Monday, July 19, 2010

Summer Reading

I know, I know, I usually only post on Fridays but I wanted to write about what I've been reading. If you read my blog regularly, you'll know my big vacation book was The War of Wars: The Epic Struggle Between Britain and France: 1789-1815 by Robert Harvey. You'll also know that as hectic as my life is these days, I don't read a whole lot beyond a few blogs and online news sites. I just haven't had the brain cells to spare or the ability to focus on written above a 5th grade reading level. Or, I didn't think I could until I started reading Harvey's books. I liked War of Wars so much that before I got home, I ordered A Few Bloody Noses: The Realities and Mythologies of the American Revolution, which arrived on Saturday, which meant I had a go a whole week without a book to read. In order to prevent that from happening again, yesterday I ordered American Shogun: A Tale of Two Cultures, even though I'm only 65 pages into the American Revolution.

(The First thing I checked when Bloody arrived was how many pages it is and was surprised at how disappointed I was that it's only 456 pages; War of Wars was a glorious 923 pages and I enjoyed nearly every page of it. And, by the way, I am ordering these books from Amazon used book sellers so the most I've paid for a book was about $7.00, including shipping. I really miss my ability to use the Inter-Library Loan System at my local, wonderful, Mt. Laurel library. Thank you, Governor Christie. However, that means the books all belong to me and y'all can borrow them.)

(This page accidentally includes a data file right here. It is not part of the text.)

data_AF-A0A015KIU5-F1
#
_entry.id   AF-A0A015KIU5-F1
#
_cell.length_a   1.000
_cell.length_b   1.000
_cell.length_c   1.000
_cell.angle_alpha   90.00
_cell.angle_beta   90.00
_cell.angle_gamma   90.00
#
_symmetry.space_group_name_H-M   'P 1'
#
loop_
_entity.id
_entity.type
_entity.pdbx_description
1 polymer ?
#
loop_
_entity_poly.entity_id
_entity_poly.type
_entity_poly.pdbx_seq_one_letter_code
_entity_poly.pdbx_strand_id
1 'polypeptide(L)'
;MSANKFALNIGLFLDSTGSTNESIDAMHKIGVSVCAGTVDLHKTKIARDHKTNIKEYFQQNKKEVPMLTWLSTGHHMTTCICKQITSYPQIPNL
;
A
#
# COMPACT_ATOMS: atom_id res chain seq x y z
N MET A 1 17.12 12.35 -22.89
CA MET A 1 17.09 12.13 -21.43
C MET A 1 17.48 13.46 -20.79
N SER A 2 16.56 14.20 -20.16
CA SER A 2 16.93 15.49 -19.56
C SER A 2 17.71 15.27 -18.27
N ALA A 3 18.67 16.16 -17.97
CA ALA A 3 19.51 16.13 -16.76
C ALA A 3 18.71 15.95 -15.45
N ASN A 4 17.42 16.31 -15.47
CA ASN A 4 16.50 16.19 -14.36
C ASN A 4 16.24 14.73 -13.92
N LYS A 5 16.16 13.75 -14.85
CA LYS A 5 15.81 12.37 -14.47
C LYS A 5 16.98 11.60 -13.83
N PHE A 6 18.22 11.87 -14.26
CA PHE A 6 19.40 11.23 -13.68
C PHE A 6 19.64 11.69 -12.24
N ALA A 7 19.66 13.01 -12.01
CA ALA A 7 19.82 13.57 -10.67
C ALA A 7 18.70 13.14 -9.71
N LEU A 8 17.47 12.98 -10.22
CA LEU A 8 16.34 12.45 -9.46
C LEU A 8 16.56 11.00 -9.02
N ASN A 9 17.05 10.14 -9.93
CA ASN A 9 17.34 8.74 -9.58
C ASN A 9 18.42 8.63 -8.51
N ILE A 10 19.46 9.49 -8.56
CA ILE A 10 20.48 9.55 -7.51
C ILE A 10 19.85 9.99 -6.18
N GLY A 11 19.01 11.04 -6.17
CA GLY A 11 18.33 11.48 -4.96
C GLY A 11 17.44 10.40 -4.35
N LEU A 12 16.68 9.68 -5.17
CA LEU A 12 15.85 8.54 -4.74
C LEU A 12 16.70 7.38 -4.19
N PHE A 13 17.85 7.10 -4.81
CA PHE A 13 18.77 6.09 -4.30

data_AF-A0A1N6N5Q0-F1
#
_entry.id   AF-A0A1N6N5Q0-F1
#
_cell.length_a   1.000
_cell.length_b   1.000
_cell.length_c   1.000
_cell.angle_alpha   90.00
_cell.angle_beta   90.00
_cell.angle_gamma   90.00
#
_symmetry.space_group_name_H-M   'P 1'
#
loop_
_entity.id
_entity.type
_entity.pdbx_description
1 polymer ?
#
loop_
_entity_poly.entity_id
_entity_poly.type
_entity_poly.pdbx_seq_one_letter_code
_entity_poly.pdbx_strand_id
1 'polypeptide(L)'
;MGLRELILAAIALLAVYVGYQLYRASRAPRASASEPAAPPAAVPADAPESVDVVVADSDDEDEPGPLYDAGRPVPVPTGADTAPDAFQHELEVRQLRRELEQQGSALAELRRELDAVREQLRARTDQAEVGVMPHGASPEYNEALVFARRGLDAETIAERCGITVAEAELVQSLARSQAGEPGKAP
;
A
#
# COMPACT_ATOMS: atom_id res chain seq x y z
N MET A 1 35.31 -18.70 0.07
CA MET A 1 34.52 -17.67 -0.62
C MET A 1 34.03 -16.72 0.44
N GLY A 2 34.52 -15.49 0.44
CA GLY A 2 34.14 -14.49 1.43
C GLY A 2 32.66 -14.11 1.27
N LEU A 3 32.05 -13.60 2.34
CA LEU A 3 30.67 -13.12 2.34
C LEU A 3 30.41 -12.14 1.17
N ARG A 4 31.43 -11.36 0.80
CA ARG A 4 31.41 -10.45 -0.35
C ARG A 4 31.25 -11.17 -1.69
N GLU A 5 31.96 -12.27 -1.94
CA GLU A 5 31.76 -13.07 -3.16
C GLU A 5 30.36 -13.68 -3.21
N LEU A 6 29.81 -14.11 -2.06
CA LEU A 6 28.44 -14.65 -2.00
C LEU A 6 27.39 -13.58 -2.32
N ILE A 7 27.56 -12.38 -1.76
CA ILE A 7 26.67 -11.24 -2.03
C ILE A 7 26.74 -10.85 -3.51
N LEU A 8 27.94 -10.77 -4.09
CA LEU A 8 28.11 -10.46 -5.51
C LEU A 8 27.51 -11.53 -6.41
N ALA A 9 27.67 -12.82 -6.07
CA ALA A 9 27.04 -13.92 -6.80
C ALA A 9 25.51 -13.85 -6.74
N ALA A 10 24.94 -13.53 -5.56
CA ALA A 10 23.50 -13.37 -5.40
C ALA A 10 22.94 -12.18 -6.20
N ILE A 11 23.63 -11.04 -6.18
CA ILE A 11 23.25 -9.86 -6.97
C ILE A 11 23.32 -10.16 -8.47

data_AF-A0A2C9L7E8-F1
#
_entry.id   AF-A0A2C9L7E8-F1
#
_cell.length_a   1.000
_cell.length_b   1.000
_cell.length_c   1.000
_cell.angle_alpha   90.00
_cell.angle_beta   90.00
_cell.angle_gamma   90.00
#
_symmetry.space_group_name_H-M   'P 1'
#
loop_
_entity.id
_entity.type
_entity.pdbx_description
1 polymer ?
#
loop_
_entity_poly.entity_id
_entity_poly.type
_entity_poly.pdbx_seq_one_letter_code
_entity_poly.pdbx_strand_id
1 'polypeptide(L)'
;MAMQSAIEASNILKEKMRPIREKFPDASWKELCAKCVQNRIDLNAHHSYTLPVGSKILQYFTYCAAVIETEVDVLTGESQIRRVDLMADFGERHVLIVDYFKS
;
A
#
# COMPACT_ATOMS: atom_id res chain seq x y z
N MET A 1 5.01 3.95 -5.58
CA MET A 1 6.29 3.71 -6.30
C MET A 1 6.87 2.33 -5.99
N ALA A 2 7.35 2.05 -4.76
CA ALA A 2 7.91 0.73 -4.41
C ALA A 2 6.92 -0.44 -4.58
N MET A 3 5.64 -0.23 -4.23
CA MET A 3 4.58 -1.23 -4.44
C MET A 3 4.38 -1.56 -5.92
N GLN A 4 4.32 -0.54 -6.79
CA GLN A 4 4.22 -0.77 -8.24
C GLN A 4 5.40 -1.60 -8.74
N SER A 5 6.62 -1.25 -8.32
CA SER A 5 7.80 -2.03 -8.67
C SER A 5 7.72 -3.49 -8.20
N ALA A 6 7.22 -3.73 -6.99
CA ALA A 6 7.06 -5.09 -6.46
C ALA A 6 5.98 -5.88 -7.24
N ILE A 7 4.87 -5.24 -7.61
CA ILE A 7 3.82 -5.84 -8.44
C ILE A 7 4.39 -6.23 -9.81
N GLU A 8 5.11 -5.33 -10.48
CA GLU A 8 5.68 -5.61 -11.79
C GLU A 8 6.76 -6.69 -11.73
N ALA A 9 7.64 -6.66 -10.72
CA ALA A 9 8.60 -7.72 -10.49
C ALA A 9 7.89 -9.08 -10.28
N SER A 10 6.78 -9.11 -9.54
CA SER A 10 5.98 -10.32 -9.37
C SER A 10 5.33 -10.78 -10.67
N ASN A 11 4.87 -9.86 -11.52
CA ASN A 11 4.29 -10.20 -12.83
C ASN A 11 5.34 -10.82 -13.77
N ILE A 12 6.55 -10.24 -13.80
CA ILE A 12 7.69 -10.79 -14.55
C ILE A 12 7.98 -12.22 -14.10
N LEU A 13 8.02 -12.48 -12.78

Since I am no longer on vacation, I do not expect to speed my way through the books like I did in California, but time watching the children swim or play around the house during the day can now be spent with a book in my hand instead of surfing celebrity news sites.

Robert Harvey writes with such an accessible tone that, even though he assumes all of his readers have detailed maps in front of them as well as an acute knowledge of which person was in charge of which country when and for how long, I find his prose a joy to read. Of course, sometimes he makes passing comments in his tomes that perplex me, especially when he doesn't return to discuss them further, like the fact that the War of 1812 was mentioned in one sentence ONLY in War of Wars. Or how, in the introduction to Bloody, he mentions that if the American ruling classes had not aligned with those at the bottom of the social structure during the process of the American Revolution, the US Revolution would have looked a lot more like the French Terror than the history we currently recognize. I hope he talks more about that in the coming pages.

The other good news is that Harvey has written a pile of books. It might keep me happy until Christmas.

Going back to my book now.

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